Categories: Retail

Nationwide Insurance Chief Economist Encourages Conditional Retail Forecasts

Retailers looking for the shape of an economic recovery have had several letters to choose from. There’s the “hoped for” V-shaped recovery that heralds a quick return to pre-COVID consumer spend levels. There’s the U-shaped recovery that says the return will only happen after a long period of flat sales. Then there’s the W-shaped recovery that predicts a fast comeback, only to be kneecapped by a secondary infection surge and then another comeback. But for Nationwide Insurance Chief Economist David Berson, there’s only one shape: It’s a V, and the V stands for “virus.”

“There's nothing in the economic toolkit that addresses the coronavirus,” Berson told PYMNTS. “There are things in the economic toolkit that address inflation. There are things in the toolkit that model economic policy and that sort of thing. So we can mitigate the economic damage from the coronavirus, but that doesn't solve it. What solves it is science and the pharma industry. I think they’re both doing a great job – but even that only goes so far in predicting a recovery.”

For Berson and other economic forecasters, consumer spending and other key indicators will depend entirely on the lifespan and dynamics of the pandemic. If infection rates go up, as they have in several states, the recovery will be stalled. If infections drop, retail spend has a better chance of recovering. No letters, patterns or retail bailouts will be more powerful than COVID-19.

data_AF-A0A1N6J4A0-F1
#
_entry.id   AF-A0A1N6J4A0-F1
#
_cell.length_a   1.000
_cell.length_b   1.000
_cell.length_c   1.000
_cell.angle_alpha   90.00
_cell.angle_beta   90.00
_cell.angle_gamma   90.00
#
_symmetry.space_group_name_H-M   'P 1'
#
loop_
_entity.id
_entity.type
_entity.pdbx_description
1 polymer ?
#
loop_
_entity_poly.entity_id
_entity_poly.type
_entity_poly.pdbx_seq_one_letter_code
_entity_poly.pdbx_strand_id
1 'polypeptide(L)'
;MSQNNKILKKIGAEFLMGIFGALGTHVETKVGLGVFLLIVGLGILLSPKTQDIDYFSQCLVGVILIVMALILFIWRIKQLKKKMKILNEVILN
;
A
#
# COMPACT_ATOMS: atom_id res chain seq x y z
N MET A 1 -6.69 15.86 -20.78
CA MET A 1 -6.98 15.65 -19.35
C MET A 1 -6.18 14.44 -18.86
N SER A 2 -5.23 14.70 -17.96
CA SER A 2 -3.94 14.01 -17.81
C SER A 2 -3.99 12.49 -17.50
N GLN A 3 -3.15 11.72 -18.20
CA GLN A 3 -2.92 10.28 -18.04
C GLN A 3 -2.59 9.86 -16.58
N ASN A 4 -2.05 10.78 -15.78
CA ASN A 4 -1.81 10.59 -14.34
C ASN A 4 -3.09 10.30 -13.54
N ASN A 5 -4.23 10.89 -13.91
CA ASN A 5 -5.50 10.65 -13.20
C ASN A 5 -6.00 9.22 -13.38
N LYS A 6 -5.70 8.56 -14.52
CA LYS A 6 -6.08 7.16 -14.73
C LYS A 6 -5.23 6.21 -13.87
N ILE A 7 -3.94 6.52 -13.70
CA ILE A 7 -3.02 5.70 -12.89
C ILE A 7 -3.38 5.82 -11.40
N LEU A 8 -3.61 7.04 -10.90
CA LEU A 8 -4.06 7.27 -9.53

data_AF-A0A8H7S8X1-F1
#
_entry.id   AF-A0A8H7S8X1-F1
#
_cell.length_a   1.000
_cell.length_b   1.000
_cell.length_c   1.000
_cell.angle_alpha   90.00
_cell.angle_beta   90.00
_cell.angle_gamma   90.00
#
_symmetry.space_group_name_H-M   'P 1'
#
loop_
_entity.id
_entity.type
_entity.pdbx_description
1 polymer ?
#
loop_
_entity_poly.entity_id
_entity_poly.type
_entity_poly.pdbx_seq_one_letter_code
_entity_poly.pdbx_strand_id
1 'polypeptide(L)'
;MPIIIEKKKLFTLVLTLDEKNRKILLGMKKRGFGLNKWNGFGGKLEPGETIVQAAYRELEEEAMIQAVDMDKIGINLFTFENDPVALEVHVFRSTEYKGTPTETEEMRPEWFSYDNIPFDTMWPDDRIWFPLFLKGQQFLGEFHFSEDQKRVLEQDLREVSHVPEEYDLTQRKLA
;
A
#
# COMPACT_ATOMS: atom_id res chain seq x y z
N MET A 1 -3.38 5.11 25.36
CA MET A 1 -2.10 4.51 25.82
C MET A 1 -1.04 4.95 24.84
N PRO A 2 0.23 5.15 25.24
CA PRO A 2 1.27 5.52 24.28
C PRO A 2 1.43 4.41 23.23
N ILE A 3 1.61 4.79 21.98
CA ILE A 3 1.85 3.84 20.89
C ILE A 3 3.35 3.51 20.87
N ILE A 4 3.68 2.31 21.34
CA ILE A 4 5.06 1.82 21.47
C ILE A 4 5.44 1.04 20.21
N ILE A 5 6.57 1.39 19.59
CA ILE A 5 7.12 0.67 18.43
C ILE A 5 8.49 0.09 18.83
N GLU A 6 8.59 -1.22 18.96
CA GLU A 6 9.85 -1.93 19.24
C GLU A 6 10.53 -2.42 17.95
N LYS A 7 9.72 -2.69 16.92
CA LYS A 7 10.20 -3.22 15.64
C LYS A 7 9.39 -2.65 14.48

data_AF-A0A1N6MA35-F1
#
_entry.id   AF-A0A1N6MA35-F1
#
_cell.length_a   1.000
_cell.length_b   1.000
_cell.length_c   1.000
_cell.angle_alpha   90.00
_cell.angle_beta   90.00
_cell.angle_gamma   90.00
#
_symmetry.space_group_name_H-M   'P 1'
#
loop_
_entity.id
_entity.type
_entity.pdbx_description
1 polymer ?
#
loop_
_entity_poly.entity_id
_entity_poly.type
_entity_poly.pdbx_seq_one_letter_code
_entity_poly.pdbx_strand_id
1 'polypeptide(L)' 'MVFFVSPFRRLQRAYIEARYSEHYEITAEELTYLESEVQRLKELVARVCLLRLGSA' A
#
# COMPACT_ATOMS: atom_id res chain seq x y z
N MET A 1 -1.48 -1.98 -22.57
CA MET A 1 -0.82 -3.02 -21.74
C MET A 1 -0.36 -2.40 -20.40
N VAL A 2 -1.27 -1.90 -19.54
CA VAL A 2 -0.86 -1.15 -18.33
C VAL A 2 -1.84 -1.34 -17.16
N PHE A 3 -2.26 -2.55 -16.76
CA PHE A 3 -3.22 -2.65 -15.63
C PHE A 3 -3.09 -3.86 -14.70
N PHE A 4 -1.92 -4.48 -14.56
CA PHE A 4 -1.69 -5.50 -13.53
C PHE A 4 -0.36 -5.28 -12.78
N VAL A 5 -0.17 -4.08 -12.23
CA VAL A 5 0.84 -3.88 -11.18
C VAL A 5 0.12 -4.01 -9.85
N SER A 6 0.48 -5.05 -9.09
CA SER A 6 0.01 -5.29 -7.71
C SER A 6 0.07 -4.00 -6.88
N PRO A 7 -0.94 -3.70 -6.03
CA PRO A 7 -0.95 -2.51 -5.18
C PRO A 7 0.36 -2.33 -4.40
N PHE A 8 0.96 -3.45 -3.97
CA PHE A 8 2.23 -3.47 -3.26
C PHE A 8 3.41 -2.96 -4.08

That means retailers who have to plan for 2020 – including the critical holiday season – at a loss. Berson recommends drawing up several scenarios based on the virus spread and the government’s reaction to it. He allows that forecasting in the middle of a pandemic is difficult, but he does not side with recent corporate pronouncements about abandoning financial guidance or heading into 2020 without a plan.

“If you don't forecast, what are you going to do? You can't be in a retail business or any business without a plan,” he said. “But the plan is so dependent upon how the virus propagates. If and when we come up with first therapeutics and then a vaccine, that’s one scenario. And you have to factor in government response. It's very difficult to know any of those things. So I recommend having scenarios. If the virus does this, then this is the most likely thing to happen for our sales.”

Berson and his team have developed proprietary internal models for Nationwide. For retailers, he does have some indicators that could help with scenario planning and forecasting. Again, they are conditional forecasts based on the virus, not consumer behavior. Berson is encouraged that retail sales have rebounded, but he’s concerned about new hotspots such as Arizona, Texas and Florida.

“If I were forecasting for a retailer, I would say that if the virus only goes to a certain level and there are no restrictions, then I think sales will reach a certain level just based on the regular economics, such as how many people are not working,” he explained. “But if the infection rate and hospitalization rates go up significantly, then there may be some additional restrictions, and the pace of sales will not go up as rapidly. The forecasts are conditional on what happens with the virus.”

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